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PROLOGUE.

BY A FRIEND.

OFT has the buskin'd Muse, with action mean,
Debas'd the glory of the Tragic scene ;
While puny villains, dress'd in purple pride,
With crimes obscene the heaven-born rage bely'd.

To her belongs to mourn the Hero's fate,
To trace the errors of the Wise and Great;
To mark th' excess of passions too refin'd,
And paint the tumults of a God-like mind;
Where, mix'd with rage, exalted thoughts combine,
And darkest deeds with beauteous colours shine.

Such lights and shades in a well-mingled draught,
By curious touch of artful pencil wrought,
With soft deceit amuse the doubtful eye,
Pleas'd with the conflict of the various dye.

Thus, thro' the following scenes, with sweet surprize,
Virtue and guilt in dread confusion rise ;
And Love and Hate, at once, and Grief and Joy,
Pity and Rage, their mingled force employ.

Here the soft Virgin sees, with secret shame,
Her charms excell'd by friendship's purer flames
Forc'd, with reluctant virtue, to approve
The generous Hero, who rejects her love.

Behold him there with gloomy passions stain'd,
A wife suspected, and an injur'd friend ;
Yet such the toil where innocence is caught,
That rash suspicion seems without a fault.

We dread a while, lest beauty should succeed,
And almost wish e'en virtue's self may bleed.

Mark well the black Revenge, the cruel Guile,
The traitor-fiend trampling the lovely spoil,
Of Beauty, Truth, and innocence oppress’d;
Then let the rage of furies fire your breast.

Yet may his mighty wrongs, his just disdain, His bleeding country, his lov'd father slain, His martial pride, your admiration raise, And crown him with involuntary praise.

Dramatis Personae.

MEN.

Don Alonzo, the Spanish General,... Mr. Booth.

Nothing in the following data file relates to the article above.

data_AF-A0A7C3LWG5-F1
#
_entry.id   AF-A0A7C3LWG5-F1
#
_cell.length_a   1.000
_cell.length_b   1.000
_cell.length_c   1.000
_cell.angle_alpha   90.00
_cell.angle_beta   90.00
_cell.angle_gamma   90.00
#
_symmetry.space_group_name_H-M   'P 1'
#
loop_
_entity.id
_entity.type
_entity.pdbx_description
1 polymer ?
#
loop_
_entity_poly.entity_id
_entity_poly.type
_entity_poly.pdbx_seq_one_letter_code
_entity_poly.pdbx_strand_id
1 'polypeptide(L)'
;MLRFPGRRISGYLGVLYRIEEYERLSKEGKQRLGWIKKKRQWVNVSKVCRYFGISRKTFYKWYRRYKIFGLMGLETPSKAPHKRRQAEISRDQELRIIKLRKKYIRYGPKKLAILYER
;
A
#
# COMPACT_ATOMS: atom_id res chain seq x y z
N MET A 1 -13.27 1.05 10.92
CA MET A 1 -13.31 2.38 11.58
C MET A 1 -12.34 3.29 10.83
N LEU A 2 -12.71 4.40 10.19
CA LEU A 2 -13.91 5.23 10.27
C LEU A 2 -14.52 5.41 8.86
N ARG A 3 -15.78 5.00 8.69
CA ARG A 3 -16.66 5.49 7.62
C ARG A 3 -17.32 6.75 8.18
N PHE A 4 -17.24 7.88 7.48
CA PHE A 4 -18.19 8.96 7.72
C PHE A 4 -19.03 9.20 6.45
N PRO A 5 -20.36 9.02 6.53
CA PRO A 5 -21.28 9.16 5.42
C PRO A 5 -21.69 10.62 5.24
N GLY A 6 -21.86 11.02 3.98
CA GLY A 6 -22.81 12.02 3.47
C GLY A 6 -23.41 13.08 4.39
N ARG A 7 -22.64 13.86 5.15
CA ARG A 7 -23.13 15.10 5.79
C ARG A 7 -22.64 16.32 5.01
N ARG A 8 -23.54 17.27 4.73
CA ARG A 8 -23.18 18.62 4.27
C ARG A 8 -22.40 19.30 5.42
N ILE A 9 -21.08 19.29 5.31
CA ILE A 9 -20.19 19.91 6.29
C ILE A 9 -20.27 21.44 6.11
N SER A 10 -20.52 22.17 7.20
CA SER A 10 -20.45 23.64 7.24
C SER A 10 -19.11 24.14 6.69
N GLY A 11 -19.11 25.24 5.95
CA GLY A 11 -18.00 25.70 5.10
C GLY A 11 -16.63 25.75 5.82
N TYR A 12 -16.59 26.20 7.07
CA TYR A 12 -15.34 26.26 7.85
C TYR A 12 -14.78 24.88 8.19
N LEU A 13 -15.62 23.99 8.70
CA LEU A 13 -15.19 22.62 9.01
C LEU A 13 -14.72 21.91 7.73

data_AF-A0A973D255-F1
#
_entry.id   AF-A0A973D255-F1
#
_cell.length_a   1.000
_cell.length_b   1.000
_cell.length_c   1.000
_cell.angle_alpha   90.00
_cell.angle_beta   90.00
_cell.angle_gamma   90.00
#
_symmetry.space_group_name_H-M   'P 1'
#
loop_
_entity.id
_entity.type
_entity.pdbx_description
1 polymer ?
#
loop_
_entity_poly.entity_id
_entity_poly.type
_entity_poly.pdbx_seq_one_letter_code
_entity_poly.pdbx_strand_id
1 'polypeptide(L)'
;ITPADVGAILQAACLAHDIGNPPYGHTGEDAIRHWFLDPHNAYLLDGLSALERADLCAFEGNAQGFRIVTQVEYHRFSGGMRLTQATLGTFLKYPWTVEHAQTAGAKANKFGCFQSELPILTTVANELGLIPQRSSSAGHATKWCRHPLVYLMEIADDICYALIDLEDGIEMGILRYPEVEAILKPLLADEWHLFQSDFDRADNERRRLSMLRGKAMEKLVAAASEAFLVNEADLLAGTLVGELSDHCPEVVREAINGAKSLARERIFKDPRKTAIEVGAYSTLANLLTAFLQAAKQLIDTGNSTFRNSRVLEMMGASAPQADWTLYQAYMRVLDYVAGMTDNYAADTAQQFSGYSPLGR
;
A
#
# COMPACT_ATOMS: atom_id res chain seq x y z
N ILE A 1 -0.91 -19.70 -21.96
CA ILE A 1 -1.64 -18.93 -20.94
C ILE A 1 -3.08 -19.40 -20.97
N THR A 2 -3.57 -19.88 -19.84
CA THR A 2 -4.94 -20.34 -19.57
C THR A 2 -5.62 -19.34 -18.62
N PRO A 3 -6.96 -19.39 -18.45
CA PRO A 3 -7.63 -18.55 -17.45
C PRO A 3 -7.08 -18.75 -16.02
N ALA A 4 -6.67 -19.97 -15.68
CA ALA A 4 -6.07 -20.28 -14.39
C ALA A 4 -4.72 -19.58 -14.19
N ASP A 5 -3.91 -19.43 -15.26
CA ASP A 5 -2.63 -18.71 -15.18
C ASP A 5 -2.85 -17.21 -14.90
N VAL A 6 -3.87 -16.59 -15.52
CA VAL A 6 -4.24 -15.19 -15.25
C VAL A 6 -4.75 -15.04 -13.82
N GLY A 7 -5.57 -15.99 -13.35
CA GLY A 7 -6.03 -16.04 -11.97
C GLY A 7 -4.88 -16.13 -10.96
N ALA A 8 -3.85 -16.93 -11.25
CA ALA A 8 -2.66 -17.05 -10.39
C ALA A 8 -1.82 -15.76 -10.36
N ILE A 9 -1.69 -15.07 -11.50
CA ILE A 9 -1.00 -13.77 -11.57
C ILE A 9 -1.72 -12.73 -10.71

Don Carlos, his Friend,...

Mr. WILKS.
Don ALVAREZ, .a Courtier,.... Mr. THURMOND.

Mr. WILLIAMS.

Don Manuelca Attendant of Don }

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THE

REVENGE.

ACT I.-SCENE I..

Enter ZANGA.

ZANGA.

WHETHER first nature, or long. want of peacë;
Has wrought my mind to this, I cannot tell;
But horrors now are not displeasing to me;
I like this rocking of the battlements.
Rage on, ye winds; burst, clouds, and waters roar!
You bear a just resemblance of my fortune,
And suit the gloomy habit of my

soul.

[Enter Isabella. Who's there? My love!

ISABELLA.

Why have

you
left
my

bed? Your absence more affrights me than the storm.

ZANGA.

The dead alone, in such a night can rest ;
And I indulge ny meditation here.
Woman, away: I choose to be alone.

ISABELLA.

I know you do, and therefore will not leave you ;
Excuse me, Zanga, therefore dare not leave you,
Is this night for walks of contemplation?
Something unusual hangs upon your heart,

And I will know it; by our loves, I will.
To you I sacrific'd my virgin fame;
Ask I too much to share in your distress?

ZANGA.

In tears? Thou fool! Then hear me, and be plung'd
In hell's abyss, if ever it escape thee,
To strike thee with astonishment at once,
I hate Alonzo.. First recover that,
And then thou shalt hear farther.

ISABELLA.

Hate Alonzo! I own, I thought Alonzo most your friend; And that he lost the master in that name.

ZANGA.

Hear then: 'Tis twice three years since that great man
(Great let me call him, for he conquer'd me)
Made me the captive of his arm in fight :
He slew my father, and threw chains o'er me,
While I, with pious rage, pursu'd revenge:
I then was young; he plac'd me near his person,
And thought me not dishonour'd by his service.
One day (may that returning day be night,
The stain, the curse of each succeeding year !)
For something, or for nothing, in his pride
He struck me ; (While I tell it, do I live ?)
He smote me on the cheek—I did not stab him;
For that were poor revenge-E'er since his folly
Has strove to bury it beneath a heap
Of kindnesses, and thinks it is forgot.
Insolent thought ! and like a second blow!

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